The grant of planning permission for the London Bridge 'Shard' tower is indeed problematic, as Tom Ball says (AJ 27.11.03), representing as it does gross over-development on a small site in a tightly packed area.
The idea that such a major project, with such wide-ranging implications, cutting across UDP and other established policies, can be approved, very largely on questionable assessments of design quality, is certainly disturbing.
Planning decisions should, as far as possible, be made on objective criteria, minimising subjective assessments. In this respect, the abolition of plot ratio as a criterion during the unlamented regime of Nicholas Ridley and Margaret Thatcher was surely ill-advised. Plot ratio may have led to anomalies on particular sites and to have been a relatively blunt instrument, but at least it was an objective bulwark against over-development. While not precluding the tallest buildings (the NatWest Tower was built under plot ratio constraints), it would tend to discourage them and ensure that there is adequate space around them.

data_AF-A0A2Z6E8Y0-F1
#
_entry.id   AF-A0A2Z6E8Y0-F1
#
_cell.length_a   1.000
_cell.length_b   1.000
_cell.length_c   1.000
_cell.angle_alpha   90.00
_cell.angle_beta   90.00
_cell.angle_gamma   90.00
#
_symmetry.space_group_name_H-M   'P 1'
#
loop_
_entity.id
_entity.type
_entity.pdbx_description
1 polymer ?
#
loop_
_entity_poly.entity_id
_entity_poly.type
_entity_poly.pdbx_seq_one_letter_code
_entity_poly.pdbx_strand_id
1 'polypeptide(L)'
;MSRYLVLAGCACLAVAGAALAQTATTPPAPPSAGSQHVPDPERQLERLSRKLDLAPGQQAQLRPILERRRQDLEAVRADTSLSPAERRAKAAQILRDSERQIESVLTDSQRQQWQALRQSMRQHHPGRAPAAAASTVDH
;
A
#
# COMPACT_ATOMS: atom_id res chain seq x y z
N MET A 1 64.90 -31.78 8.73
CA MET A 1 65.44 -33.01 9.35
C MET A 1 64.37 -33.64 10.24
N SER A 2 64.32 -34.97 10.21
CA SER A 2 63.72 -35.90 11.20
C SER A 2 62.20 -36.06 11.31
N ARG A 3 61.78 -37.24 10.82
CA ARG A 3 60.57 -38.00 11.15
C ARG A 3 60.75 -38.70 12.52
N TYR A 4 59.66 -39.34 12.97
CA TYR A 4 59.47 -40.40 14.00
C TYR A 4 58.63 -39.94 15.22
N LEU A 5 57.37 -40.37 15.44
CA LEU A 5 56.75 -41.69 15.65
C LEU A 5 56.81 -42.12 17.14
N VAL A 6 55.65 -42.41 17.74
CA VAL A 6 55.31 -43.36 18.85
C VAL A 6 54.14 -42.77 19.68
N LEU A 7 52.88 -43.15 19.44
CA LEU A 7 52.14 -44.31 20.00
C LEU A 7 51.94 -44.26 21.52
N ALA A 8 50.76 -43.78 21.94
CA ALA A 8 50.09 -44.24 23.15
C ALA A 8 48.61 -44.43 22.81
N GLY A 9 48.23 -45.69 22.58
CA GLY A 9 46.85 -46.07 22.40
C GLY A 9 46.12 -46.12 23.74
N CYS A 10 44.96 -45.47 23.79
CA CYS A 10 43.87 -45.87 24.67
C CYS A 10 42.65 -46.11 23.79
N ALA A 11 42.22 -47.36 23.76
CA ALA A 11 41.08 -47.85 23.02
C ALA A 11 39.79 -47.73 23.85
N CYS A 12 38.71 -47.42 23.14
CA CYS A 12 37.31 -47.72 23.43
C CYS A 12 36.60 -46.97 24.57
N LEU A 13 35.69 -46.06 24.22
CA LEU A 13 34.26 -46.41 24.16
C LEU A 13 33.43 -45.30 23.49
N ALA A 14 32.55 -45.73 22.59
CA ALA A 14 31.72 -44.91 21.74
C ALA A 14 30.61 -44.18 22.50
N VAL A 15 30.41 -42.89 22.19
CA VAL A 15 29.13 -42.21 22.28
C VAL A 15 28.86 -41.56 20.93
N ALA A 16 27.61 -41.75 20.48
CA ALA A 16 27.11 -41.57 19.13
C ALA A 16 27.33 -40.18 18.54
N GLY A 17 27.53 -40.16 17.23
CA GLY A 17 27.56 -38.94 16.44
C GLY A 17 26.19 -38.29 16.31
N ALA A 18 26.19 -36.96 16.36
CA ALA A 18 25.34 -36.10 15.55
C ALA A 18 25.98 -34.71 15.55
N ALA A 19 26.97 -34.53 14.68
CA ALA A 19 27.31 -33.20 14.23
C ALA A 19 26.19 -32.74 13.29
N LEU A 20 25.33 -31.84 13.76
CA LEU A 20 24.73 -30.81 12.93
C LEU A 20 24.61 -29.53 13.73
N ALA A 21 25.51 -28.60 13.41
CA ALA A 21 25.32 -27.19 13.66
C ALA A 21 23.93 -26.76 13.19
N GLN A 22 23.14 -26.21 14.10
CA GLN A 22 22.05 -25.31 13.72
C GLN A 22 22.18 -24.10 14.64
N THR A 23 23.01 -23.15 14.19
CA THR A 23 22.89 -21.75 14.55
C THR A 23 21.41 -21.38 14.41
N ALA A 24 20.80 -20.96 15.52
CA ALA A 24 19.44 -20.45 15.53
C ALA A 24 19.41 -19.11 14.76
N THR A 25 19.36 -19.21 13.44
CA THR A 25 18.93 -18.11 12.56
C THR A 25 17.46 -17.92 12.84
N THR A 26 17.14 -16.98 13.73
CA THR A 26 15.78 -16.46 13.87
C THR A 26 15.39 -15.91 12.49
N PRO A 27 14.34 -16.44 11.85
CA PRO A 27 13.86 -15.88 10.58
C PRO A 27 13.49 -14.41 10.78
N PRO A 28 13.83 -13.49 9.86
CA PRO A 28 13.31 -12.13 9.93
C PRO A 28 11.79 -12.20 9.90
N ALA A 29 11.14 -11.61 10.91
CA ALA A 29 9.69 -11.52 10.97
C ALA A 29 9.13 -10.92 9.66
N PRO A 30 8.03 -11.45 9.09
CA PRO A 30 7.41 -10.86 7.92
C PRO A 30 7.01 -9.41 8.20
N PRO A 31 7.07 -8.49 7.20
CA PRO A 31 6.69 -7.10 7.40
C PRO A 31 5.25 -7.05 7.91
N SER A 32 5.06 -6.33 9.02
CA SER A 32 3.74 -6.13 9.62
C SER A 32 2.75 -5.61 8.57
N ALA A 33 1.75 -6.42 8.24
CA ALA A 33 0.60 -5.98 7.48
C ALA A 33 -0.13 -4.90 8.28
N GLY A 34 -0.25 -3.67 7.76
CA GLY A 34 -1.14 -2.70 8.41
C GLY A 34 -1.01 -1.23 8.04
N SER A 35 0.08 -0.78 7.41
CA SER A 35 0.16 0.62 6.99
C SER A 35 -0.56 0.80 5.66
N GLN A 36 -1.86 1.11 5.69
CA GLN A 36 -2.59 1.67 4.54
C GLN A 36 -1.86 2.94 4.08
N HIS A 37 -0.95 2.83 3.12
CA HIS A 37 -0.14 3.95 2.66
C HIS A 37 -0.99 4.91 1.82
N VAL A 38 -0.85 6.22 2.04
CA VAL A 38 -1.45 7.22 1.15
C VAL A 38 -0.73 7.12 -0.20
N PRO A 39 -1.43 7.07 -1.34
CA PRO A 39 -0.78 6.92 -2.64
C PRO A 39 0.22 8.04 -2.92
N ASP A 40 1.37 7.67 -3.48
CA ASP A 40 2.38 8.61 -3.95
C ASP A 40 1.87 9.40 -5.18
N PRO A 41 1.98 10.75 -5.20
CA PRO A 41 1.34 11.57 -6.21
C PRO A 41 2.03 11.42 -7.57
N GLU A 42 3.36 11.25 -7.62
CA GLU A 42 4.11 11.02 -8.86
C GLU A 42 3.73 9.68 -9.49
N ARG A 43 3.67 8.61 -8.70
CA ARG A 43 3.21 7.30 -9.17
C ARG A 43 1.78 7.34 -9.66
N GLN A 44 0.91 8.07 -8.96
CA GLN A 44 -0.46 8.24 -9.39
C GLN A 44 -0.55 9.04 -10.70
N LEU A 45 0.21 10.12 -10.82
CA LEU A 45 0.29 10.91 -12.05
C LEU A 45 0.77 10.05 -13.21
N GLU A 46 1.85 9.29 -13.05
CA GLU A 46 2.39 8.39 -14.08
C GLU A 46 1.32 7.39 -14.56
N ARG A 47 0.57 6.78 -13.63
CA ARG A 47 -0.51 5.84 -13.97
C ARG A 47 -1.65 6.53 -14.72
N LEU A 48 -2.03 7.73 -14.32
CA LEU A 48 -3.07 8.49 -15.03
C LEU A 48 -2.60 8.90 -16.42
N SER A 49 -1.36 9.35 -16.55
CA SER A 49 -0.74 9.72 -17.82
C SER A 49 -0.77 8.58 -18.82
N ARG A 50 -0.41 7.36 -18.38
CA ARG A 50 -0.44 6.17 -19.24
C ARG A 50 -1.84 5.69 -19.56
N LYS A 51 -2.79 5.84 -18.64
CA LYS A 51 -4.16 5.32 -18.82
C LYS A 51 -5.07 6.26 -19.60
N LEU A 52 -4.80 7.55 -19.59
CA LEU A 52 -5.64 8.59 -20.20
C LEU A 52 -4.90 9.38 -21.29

The notion that tall buildings should be tightly clustered is, I believe, a serious mistake. They require space around them.
James Dunnett, London N1